In recent years, there have been increased efforts to help sexual assault victims by improving access to forensic examinations and SANEs. The federal government has several grant programs through the Department of Justice that go to training and funding examiners, which is vital to positive outcomes overall.

“What happens when a county or an area doesn’t have an examiner that’s been trained is either the victim needs to see a medical provider that hasn’t had the training or they need to travel long distances, and it can take hours to get to a facility that has a trained examiner,” Iritani said in a GAO podcast.

In 2016, Congress passed the federal Sexual Assault Survivors’ Rights Act, which granted assault victims the right to have forensic examination kits, also called rape kits, preserved for 20 years and mandated that survivors be contacted when the evidence kit is to be destroyed. It also prevents rape victims from being charged a fee for the kit or testing, even if they have not filed a police report.

Since then, and in the wake of the #MeToo movement, several states including Nebraska and New Hampshire have moved to introduce similar legislation that protects the rights of sexual assault victims. In Michigan, where former USA Gymnastics and Michigan State University doctor Larry Nassar was convicted in the sexual assault of hundreds of girls and women, lawmakers are hammering out plans to allocate funding for sexual assault prevention and education and eliminate the statute of limitations on charging a suspect in a sexual assault.

Sexual Assault Forensic Examiners Breaking Down Barriers to Assistance

Among the many ways that nurses continue to break down barriers that stand between assault victims and justice is by training to become SANEs. APRNs who pursue an MSN in forensic nursing have an opportunity to help sexual assault victims and bring suspects to justice. They also can fill a growing need in healthcare and criminal justice. In addition to working in hospitals, forensic nurses and SANEs work in police departments, correctional institutes and law offices.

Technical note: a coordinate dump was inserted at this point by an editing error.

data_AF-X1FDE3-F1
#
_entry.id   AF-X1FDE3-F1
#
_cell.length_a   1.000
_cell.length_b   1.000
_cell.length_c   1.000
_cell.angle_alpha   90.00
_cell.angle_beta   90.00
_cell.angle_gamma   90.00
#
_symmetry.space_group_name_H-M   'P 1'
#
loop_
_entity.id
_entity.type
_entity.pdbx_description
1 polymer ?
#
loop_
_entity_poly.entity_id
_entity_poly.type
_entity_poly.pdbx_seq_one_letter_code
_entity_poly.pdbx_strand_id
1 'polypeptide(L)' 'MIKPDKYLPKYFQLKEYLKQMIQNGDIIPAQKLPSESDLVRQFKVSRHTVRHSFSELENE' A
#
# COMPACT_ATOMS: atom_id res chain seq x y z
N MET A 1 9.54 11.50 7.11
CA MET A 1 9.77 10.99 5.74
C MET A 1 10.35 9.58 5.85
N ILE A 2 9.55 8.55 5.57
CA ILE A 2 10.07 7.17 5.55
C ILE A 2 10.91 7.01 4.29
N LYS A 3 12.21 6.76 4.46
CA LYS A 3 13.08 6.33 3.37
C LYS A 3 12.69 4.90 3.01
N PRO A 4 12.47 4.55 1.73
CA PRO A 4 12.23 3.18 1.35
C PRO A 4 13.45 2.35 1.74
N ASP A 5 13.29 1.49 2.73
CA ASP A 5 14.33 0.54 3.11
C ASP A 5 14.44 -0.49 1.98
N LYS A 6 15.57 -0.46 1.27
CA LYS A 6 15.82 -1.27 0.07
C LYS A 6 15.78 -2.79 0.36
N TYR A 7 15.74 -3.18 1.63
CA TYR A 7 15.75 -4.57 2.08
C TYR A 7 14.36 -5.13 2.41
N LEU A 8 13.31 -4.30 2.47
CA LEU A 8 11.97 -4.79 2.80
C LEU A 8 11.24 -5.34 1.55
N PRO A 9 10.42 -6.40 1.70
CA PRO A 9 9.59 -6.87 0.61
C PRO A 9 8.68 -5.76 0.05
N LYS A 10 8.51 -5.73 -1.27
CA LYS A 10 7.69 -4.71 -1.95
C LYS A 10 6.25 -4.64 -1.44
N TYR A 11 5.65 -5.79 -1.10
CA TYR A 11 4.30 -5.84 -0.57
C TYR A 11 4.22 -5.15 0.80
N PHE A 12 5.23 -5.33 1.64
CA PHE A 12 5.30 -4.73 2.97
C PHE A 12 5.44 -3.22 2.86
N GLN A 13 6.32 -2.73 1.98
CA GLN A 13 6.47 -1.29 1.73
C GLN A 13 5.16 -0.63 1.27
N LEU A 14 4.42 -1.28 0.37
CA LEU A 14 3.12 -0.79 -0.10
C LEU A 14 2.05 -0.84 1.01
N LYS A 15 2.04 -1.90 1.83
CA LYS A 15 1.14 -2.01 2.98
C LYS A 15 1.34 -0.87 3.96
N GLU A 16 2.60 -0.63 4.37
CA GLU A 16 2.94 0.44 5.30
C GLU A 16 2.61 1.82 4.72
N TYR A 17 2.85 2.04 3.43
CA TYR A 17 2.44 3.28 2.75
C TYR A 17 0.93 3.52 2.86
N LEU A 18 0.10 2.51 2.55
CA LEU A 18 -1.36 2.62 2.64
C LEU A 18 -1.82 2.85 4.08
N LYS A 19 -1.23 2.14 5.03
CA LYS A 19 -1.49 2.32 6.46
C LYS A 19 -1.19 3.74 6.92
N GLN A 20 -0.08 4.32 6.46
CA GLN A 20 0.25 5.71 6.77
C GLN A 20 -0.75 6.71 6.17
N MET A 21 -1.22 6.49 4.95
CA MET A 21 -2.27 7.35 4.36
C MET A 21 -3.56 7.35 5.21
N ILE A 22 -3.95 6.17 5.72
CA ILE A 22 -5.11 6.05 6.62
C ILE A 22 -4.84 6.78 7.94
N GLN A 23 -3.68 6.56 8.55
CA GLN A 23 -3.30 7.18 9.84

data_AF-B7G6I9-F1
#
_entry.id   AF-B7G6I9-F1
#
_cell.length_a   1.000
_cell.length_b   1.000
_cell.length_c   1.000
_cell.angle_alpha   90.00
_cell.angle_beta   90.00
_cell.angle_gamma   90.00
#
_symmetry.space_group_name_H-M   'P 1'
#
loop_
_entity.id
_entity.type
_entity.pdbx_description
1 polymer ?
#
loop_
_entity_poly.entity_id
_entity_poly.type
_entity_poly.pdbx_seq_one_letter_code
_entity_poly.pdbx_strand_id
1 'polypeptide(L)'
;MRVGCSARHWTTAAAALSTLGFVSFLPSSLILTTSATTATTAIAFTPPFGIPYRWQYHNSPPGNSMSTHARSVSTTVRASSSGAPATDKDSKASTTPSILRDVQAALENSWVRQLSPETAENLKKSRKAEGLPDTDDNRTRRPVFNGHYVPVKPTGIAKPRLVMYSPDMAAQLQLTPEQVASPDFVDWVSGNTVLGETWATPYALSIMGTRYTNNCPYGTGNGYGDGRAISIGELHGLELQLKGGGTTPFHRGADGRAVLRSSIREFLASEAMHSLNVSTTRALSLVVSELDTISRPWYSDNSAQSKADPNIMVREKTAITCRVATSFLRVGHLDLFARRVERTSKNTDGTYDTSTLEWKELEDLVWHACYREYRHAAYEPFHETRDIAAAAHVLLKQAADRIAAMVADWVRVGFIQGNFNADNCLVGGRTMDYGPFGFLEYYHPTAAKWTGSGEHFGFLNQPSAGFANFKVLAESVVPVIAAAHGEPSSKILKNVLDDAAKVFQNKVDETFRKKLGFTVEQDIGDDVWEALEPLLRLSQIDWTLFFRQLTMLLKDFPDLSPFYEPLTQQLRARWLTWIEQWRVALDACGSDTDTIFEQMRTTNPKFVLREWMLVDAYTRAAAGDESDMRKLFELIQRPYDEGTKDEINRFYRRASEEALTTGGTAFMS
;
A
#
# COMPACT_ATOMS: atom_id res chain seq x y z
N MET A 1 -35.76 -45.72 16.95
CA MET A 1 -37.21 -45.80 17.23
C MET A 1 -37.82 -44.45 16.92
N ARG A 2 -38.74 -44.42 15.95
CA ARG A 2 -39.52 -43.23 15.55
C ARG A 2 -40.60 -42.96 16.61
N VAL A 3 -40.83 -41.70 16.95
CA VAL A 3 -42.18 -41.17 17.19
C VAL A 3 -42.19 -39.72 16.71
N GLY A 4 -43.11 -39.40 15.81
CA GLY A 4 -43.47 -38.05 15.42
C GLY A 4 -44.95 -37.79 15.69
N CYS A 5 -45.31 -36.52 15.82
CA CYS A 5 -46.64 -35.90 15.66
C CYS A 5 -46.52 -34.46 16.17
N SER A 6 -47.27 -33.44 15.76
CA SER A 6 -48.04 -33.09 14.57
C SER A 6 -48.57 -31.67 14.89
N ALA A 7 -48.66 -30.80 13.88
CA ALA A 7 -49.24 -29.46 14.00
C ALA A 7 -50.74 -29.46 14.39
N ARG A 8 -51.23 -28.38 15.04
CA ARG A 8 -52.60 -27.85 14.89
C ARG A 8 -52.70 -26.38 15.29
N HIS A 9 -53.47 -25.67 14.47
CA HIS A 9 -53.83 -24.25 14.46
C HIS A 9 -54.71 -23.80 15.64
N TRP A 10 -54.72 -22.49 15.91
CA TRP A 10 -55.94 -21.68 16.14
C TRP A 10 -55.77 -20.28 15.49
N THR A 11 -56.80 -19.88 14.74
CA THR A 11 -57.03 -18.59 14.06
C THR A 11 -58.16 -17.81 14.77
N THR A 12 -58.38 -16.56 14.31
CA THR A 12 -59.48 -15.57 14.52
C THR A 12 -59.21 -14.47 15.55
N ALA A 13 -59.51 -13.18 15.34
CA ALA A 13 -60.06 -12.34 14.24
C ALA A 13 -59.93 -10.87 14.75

Duquesne University’s forensic nursing program is one of the few in the United States to offer an in-depth study of forensic practice to become an advanced practice sexual assault nurse examiner, nurse investigator and advanced forensic nurse specialist.

About Duquesne University’s Master of Science in Nursing Program

Students enrolled in Duquesne University’s Master of Science in Nursing (MSN) program have an opportunity to specialize in forensic nursing through the collaborative effort between the school of nursing and the university’s Cyril H. Wecht Institute of Forensic Science and Law.

The APRN forensic nursing program combines the advanced nursing school curriculum with investigative techniques and the legal process. Coursework includes a focus on criminal law, pharmacology, healthcare ethics and healthcare administration.

U.S. News & World Report recognized Duquesne University as a 2018 Best Online Graduate Nursing Program and one of the best among Catholic universities. The National League for Nursing designated the university as a Center for Excellence in Nursing Education. For more information, contact Duquesne University today.